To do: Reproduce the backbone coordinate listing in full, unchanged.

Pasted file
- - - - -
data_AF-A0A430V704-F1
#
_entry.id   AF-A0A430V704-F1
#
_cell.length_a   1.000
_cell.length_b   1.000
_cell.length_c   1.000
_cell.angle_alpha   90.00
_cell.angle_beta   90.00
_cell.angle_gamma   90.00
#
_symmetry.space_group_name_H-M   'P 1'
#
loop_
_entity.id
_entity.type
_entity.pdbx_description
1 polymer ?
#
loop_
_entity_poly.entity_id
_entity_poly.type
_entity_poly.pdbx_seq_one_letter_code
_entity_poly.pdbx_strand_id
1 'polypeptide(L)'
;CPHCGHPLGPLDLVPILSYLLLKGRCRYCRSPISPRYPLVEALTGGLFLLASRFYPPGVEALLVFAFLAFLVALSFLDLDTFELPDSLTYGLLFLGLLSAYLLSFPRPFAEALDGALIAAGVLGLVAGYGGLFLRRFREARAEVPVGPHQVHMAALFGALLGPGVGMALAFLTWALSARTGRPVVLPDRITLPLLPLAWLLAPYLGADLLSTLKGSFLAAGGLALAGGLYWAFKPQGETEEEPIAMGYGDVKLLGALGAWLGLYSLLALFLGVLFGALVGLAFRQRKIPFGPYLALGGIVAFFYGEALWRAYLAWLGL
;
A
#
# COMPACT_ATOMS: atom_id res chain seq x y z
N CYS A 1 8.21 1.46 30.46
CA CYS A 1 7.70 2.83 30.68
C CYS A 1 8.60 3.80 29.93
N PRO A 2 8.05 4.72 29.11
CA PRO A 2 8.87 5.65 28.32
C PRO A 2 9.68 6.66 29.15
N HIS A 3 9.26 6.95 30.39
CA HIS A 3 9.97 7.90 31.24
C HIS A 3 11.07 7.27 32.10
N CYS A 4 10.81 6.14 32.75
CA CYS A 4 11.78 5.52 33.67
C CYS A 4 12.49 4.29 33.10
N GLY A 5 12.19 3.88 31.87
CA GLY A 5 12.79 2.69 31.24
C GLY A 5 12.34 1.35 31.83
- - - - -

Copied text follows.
data_AF-A0A430V704-F1
#
_entry.id   AF-A0A430V704-F1
#
_cell.length_a   1.000
_cell.length_b   1.000
_cell.length_c   1.000
_cell.angle_alpha   90.00
_cell.angle_beta   90.00
_cell.angle_gamma   90.00
#
_symmetry.space_group_name_H-M   'P 1'
#
loop_
_entity.id
_entity.type
_entity.pdbx_description
1 polymer ?
#
loop_
_entity_poly.entity_id
_entity_poly.type
_entity_poly.pdbx_seq_one_letter_code
_entity_poly.pdbx_strand_id
1 'polypeptide(L)'
;CPHCGHPLGPLDLVPILSYLLLKGRCRYCRSPISPRYPLVEALTGGLFLLASRFYPPGVEALLVFAFLAFLVALSFLDLDTFELPDSLTYGLLFLGLLSAYLLSFPRPFAEALDGALIAAGVLGLVAGYGGLFLRRFREARAEVPVGPHQVHMAALFGALLGPGVGMALAFLTWALSARTGRPVVLPDRITLPLLPLAWLLAPYLGADLLSTLKGSFLAAGGLALAGGLYWAFKPQGETEEEPIAMGYGDVKLLGALGAWLGLYSLLALFLGVLFGALVGLAFRQRKIPFGPYLALGGIVAFFYGEALWRAYLAWLGL
;
A
#
# COMPACT_ATOMS: atom_id res chain seq x y z
N CYS A 1 8.21 1.46 30.46
CA CYS A 1 7.70 2.83 30.68
C CYS A 1 8.60 3.80 29.93
N PRO A 2 8.05 4.72 29.11
CA PRO A 2 8.87 5.65 28.32
C PRO A 2 9.68 6.66 29.15
N HIS A 3 9.26 6.95 30.39
CA HIS A 3 9.97 7.90 31.24
C HIS A 3 11.07 7.27 32.10
N CYS A 4 10.81 6.14 32.75
CA CYS A 4 11.78 5.52 33.67
C CYS A 4 12.49 4.29 33.10
N GLY A 5 12.19 3.88 31.87
CA GLY A 5 12.79 2.69 31.24
C GLY A 5 12.34 1.35 31.83